What’s better for procurement: Mad Men vs Math Men?
Jonathan Cooper-Bagnall and Guy Strafford
Sep 16, 2014 12:00:00 PM
Many people love to believe the world is driven by “Eureka!” moments – flashes of inspiration or genius leading to a revolution in thinking.
Legend tells that Archimedes exclaimed it when he realized that his body was raising the level of the water in his bath. He saw at that point that he could measure any object’s volume using the amount of water it displaced.
On its own, this does seem like a flash of genius. But the truth is that Archimedes was one of the great scientists of antiquity – a scholar and pioneer of maths, engineering and warfare whose mind was constantly turning on the intricacies of the world around him.
In other words, the “eureka” moment was simply the pinnacle of a long and disciplined journey through complex algorithms, geometry, mathematics and data.
What, you are asking, has this got to do with business? Or even procurement for that matter?
Well, let’s bring our “eureka” story up to date. Last year, WPP chief Sir Martin Sorrell declared that the era of the Mad Men (the genius creatives portrayed on the TV show set in 60s Madison Avenue ad agencies) was at an end. Math men (and women), he said, would become increasingly important.
Sir Martin’s point wasn’t that creativity is dead. Far from it, the “alchemy” of design, writing, planning and executing advertising is very much alive. Rather, the “eureka” moments that tend to strike Mad Men’s protagonist, Don Draper, at the last second before a huge pitch are not part of the landscape any more. We have so much data about consumers, companies and markets that we are compelled to take a more scientific approach.
Procurement has been through a similar journey. In the old days, three Martini lunches, sophisticated schmoozing and a last-minute haggling for discounts might have been the hallmark of the hero procurement executive. Today, that just doesn’t work.
A modern business is a finely tuned machine. It produces (and consumes) vast amounts of data that lay bare its inner workings. Only by understanding that data can we hope to deliver procurement that meets the exacting demands of the corporate strategy.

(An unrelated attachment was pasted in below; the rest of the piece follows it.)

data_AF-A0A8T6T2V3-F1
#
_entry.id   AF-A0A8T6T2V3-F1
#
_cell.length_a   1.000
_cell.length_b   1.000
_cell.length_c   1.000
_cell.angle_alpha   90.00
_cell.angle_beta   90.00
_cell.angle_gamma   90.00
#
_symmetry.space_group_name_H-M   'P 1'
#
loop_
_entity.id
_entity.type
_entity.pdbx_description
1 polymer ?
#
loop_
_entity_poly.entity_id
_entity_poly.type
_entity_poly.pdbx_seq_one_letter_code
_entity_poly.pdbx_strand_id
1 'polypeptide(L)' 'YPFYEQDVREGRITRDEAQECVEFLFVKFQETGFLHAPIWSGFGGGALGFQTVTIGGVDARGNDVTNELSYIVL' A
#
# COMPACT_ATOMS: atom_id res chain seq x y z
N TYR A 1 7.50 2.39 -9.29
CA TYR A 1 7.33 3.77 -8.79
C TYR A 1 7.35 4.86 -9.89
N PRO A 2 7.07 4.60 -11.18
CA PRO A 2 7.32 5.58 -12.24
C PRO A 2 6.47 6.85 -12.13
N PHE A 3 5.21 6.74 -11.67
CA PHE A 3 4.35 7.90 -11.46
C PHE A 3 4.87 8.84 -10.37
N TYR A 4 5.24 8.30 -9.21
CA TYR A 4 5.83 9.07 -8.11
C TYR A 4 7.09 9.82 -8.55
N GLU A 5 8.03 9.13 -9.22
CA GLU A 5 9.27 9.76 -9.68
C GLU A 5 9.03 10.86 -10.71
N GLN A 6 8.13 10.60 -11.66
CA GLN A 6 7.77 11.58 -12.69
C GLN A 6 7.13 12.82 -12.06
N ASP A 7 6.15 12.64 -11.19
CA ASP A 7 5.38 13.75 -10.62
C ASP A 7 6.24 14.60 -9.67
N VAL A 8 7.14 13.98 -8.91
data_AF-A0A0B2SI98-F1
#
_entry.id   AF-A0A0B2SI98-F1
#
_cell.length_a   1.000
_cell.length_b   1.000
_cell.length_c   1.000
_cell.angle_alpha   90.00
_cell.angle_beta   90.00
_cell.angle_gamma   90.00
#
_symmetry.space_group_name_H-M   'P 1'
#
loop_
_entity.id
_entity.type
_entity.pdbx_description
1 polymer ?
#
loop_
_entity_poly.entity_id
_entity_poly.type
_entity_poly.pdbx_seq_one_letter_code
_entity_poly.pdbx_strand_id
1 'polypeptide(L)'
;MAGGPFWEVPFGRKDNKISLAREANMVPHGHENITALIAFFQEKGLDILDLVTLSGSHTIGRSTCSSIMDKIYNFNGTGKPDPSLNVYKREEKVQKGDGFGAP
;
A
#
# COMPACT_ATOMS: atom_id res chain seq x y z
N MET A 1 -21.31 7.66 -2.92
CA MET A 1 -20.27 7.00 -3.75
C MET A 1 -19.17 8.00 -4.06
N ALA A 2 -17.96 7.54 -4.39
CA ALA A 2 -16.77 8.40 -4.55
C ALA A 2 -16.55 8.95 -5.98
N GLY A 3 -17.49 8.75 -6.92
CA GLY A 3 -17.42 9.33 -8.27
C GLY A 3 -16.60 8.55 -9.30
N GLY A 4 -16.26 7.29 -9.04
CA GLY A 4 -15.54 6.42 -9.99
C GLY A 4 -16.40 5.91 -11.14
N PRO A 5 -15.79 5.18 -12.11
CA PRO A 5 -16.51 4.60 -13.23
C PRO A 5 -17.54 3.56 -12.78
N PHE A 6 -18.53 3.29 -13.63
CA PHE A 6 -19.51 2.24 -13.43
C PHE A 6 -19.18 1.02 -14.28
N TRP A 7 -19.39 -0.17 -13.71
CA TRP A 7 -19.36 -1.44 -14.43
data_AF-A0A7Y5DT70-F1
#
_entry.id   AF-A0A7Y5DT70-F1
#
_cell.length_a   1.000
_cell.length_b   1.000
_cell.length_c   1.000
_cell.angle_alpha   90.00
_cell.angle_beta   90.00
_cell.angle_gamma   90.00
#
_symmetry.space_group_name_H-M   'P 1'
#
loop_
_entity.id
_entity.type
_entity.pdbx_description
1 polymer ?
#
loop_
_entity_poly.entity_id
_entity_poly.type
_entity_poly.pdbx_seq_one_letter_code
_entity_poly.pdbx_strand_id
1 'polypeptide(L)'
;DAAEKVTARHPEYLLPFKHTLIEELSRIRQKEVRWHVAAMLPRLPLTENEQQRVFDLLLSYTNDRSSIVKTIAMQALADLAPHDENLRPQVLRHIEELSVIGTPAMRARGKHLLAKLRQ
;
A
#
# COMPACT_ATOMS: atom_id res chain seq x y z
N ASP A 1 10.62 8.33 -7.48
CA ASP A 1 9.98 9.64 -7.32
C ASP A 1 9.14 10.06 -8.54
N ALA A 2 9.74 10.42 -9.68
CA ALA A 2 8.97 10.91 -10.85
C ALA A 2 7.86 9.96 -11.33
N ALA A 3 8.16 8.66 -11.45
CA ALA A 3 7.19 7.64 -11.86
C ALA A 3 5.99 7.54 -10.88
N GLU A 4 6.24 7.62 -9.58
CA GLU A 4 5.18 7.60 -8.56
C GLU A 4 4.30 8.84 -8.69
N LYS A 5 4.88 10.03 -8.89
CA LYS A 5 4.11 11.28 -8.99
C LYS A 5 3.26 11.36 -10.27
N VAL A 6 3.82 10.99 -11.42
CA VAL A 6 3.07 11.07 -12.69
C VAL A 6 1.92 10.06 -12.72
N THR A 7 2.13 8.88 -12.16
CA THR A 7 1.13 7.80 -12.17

Sir Martin also thinks static, calendar-driven events (such as traditional campaigns) are dying. Social media and data-driven pricing are but two major technology movements that are increasingly changing the Mad Men’s world even further – demanding real time thinking and constantly up-to-date responsive strategies.
Procurement is the same.
Why would a business casually enter a two-year supply contract for something in an increasingly unpredictable environment – even if they could secure a discount as a result?
Procurement has to be able to flex with events and react quickly to meet the sophisticated demands of stakeholders inside and outside the business. It cannot secure its mandate with a volume discount that isn’t rooted in a deep understanding of the organization’s strategy, its environment and the plethora of data that wraps around both.
Do today’s procurement teams have the real time information to drive a constant flow of "eureka" moments? And how capable are these teams in aligning data with business behavior to elevate themselves higher up into the business – like marketing has done?
* A quick postscript. Not only did Archimedes "eureka" moment come from a painstaking understanding of systems and processes – its application was actually related to procurement. Being able to measure both the weight of an object and its volume (using the displacement method discovered in his bath) meant Archimedes was able to determine whether the contractor who fashioned the crown for King Hiero II of Syracuse had mixed silver with gold to unfairly boost his margins. (He had.)